3. Products for period sex

If you’re looking for a piece of breaking non-news, here it is: most people don’t think period sex is sexy. People are so freaked out by the concept, that a number of bloggers have actually been encouraged to write “how-to” guides for those willing to give it a try. But if you’re the kind of person that demands a mess-free experience (probably because you want your cake, and to eat it too?), you might want to think about Flex. The device is designed to sit at the base of the cervix to collect the menstrual fluid. Meanwhile, the vaginal canal is left clear for entry. While it’s true many women feel insecure about having sex on their period, a number of women have also admitted feeling friskier during menstruation. According to the Our Bodies Ourselves (OBOS) organization, it’s not uncommon for women to experience a peak in sexual desire during their periods. That’s because levels of progesterone, the hormone responsible for decreasing libido, are at their lowest during your period. So really, everybody wins.

4. Period-proof panties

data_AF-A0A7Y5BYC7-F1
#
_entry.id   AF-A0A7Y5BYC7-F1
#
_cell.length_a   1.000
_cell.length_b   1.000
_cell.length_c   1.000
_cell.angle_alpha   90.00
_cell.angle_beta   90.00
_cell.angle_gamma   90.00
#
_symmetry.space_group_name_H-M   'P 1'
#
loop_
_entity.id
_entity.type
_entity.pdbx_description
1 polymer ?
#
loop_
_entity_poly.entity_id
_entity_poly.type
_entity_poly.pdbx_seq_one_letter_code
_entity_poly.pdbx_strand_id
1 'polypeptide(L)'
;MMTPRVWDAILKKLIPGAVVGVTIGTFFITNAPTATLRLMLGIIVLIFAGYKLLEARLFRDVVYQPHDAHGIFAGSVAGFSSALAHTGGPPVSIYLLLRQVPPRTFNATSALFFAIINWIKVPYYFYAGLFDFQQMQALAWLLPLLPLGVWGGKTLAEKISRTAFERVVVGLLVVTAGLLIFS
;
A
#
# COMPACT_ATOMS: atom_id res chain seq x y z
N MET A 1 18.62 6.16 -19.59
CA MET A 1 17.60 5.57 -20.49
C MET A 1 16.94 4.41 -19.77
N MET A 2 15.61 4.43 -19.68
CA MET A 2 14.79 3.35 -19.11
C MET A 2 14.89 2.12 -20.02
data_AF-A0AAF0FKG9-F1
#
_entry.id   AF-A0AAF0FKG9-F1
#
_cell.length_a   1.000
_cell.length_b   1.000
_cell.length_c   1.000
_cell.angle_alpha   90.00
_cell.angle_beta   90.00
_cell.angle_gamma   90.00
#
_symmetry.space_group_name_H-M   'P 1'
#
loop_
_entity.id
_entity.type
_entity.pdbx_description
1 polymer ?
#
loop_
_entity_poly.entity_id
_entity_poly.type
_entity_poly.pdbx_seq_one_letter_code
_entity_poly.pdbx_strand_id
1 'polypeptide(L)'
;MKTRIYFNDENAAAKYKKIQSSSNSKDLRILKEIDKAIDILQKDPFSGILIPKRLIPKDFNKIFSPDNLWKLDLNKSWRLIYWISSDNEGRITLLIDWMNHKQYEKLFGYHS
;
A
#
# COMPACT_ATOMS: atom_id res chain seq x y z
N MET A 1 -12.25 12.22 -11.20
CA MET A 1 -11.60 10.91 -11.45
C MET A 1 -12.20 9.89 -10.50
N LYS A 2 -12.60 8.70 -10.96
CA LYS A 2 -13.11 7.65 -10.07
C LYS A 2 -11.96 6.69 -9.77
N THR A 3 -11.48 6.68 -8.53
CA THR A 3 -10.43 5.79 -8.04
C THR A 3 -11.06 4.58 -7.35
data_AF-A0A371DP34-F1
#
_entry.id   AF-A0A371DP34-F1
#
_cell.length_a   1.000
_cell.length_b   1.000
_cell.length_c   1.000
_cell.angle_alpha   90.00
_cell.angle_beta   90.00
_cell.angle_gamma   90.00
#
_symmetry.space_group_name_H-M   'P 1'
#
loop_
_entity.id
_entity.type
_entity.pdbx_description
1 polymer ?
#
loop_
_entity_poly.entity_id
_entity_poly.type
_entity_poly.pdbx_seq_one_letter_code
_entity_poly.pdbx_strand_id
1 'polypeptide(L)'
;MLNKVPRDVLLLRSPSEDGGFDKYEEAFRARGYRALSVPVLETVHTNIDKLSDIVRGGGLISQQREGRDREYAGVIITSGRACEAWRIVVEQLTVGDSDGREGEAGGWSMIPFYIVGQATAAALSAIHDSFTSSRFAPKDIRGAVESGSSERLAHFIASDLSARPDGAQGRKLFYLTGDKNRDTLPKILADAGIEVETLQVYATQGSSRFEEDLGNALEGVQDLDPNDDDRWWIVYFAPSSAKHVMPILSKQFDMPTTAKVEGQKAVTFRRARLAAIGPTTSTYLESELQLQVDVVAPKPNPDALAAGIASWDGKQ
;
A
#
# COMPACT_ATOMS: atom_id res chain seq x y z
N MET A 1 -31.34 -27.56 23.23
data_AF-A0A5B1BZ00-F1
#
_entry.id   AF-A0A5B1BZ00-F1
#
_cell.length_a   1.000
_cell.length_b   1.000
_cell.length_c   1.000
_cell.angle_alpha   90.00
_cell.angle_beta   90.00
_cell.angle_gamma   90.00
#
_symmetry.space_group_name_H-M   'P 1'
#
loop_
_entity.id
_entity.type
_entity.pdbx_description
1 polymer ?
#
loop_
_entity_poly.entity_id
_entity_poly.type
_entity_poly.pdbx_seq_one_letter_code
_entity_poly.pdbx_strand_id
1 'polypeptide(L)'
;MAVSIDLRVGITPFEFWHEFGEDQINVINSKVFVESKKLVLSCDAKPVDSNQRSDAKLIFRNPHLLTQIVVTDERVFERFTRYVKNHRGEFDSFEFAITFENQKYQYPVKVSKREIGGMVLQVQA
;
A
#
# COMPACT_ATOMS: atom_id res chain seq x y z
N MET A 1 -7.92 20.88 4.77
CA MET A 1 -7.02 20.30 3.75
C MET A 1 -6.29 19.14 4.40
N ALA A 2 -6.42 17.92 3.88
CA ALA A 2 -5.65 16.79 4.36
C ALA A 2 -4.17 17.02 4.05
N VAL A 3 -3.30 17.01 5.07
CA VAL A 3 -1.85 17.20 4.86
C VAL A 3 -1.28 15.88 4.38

Thinx is brand that provides “period-proof” underwear to those who are tired of using other costly products. The underwear can hold an estimated two tampons worth of blood. So rather than run to the bathroom every few hours while menstruating, you can breathe a littler easier. And while the invention alone introduces a novel approach to periods, the real buzz came with their attempts to advertise the product. New Yorkers might remember the ads plastered around the city subway system featuring women wearing the full-coverage underwear. The copy read “For Women With Periods.” But Outfront Media, the company that sells the subways ad space felt the ads weren’t appropriate for subway riders (meanwhile, images featuring disembodied, floating breasts designed to sell breast enlargement surgery are). Oh, and if we haven’t mentioned it five out of the seven members of Outfront’s leadership team are men. “You don’t want to talk about how women’s bodies actually work, but you want to doctor the way a woman feels about her body?” asked THINKX CEO Miki Agrawal. Fortunately, the ads stayed up.